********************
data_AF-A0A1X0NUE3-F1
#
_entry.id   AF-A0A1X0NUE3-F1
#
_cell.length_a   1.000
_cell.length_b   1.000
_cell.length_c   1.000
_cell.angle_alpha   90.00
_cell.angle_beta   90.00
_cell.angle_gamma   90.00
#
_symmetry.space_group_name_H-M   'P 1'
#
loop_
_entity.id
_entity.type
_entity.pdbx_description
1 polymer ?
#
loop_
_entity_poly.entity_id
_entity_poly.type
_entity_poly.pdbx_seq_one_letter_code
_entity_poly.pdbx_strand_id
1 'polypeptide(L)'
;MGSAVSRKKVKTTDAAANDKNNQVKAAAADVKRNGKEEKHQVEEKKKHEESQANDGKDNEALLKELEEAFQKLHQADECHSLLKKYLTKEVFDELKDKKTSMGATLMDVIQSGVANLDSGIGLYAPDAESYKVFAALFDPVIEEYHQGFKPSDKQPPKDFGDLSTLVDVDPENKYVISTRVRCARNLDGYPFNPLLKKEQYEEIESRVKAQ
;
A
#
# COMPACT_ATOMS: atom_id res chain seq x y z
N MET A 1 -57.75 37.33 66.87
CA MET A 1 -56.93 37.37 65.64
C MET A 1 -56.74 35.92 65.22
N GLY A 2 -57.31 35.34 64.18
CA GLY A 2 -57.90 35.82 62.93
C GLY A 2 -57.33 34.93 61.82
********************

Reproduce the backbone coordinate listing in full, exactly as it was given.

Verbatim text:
data_AF-A0A1X0NUE3-F1
#
_entry.id   AF-A0A1X0NUE3-F1
#
_cell.length_a   1.000
_cell.length_b   1.000
_cell.length_c   1.000
_cell.angle_alpha   90.00
_cell.angle_beta   90.00
_cell.angle_gamma   90.00
#
_symmetry.space_group_name_H-M   'P 1'
#
loop_
_entity.id
_entity.type
_entity.pdbx_description
1 polymer ?
#
loop_
_entity_poly.entity_id
_entity_poly.type
_entity_poly.pdbx_seq_one_letter_code
_entity_poly.pdbx_strand_id
1 'polypeptide(L)'
;MGSAVSRKKVKTTDAAANDKNNQVKAAAADVKRNGKEEKHQVEEKKKHEESQANDGKDNEALLKELEEAFQKLHQADECHSLLKKYLTKEVFDELKDKKTSMGATLMDVIQSGVANLDSGIGLYAPDAESYKVFAALFDPVIEEYHQGFKPSDKQPPKDFGDLSTLVDVDPENKYVISTRVRCARNLDGYPFNPLLKKEQYEEIESRVKAQ
;
A
#
# COMPACT_ATOMS: atom_id res chain seq x y z
N MET A 1 -57.75 37.33 66.87
CA MET A 1 -56.93 37.37 65.64
C MET A 1 -56.74 35.92 65.22
N GLY A 2 -57.31 35.34 64.18
CA GLY A 2 -57.90 35.82 62.93
C GLY A 2 -57.33 34.93 61.82